Apr 16, 2011 rated it liked it
Shelves: americant
Proof that Poe could excel other than in the horror/suspense genres. A nice little read.
« previous 1 3 4 next »
There are no discussion topics on this book yet. Be the first to start one »

Readers also enjoyed

  • The Sphinx Without a Secret
  • In the Vault
  • The Devoted Friend
  • The Picture in the House
  • The Hound
  • The Cats of Ulthar
  • The Nameless City
  • The Temple
  • From Beyond
  • Ex Oblivione
  • The White Ship
  • The Statement of Randolph Carter
  • The Young King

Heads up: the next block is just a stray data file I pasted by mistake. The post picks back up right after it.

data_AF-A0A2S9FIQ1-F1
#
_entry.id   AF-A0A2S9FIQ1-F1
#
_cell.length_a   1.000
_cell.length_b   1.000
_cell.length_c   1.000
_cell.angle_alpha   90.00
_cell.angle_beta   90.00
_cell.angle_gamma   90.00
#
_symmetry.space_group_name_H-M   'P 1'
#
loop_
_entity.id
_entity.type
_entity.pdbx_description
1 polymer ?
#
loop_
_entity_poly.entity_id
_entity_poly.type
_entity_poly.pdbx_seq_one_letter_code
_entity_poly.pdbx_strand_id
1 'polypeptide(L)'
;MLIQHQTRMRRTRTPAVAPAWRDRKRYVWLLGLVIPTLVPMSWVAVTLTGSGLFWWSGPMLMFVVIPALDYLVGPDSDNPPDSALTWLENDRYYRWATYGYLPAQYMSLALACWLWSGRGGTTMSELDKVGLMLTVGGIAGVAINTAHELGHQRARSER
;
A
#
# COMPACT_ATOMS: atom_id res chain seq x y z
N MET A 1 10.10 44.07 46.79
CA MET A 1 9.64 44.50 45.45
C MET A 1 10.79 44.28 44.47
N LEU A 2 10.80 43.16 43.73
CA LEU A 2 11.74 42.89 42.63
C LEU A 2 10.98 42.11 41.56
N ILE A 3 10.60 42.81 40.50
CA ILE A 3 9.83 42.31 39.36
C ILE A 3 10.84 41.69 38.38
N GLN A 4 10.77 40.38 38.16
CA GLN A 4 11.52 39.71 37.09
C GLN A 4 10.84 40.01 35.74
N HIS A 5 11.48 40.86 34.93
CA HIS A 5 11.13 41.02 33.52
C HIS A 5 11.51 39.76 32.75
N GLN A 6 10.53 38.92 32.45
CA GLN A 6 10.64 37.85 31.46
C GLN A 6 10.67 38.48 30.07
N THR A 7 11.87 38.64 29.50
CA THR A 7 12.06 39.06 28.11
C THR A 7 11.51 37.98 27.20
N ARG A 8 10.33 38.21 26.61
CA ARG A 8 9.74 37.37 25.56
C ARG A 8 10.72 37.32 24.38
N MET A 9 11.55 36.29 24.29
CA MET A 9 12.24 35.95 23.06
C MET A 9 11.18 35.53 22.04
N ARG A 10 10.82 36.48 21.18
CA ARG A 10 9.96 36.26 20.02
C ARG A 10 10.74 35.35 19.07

• The Beast in the Cave
  • Dagon
  • The Terrible Old Man
  • La música de Erich Zann
  • The Outsider
See similar books…
The name Poe brings to mind images of murderers and madmen, premature burials, and mysterious women who return from the dead. His works have been in print since 1827 and include such literary classics as The Tell-Tale Heart, The Raven, and The Fall of the House of Usher. This versatile writer’s oeuvre includes short stories, poetry, a novel, a textbook, a book of scientific theory, and hundreds of ...more

Related Articles

"Horror fiction has traditionally dealt in taboo.… It makes monsters of household pets and begs our affection for psychos. It...
575 likes · 757 comments
“...madness is no comfortable feeling.” 1 likes
More quotes…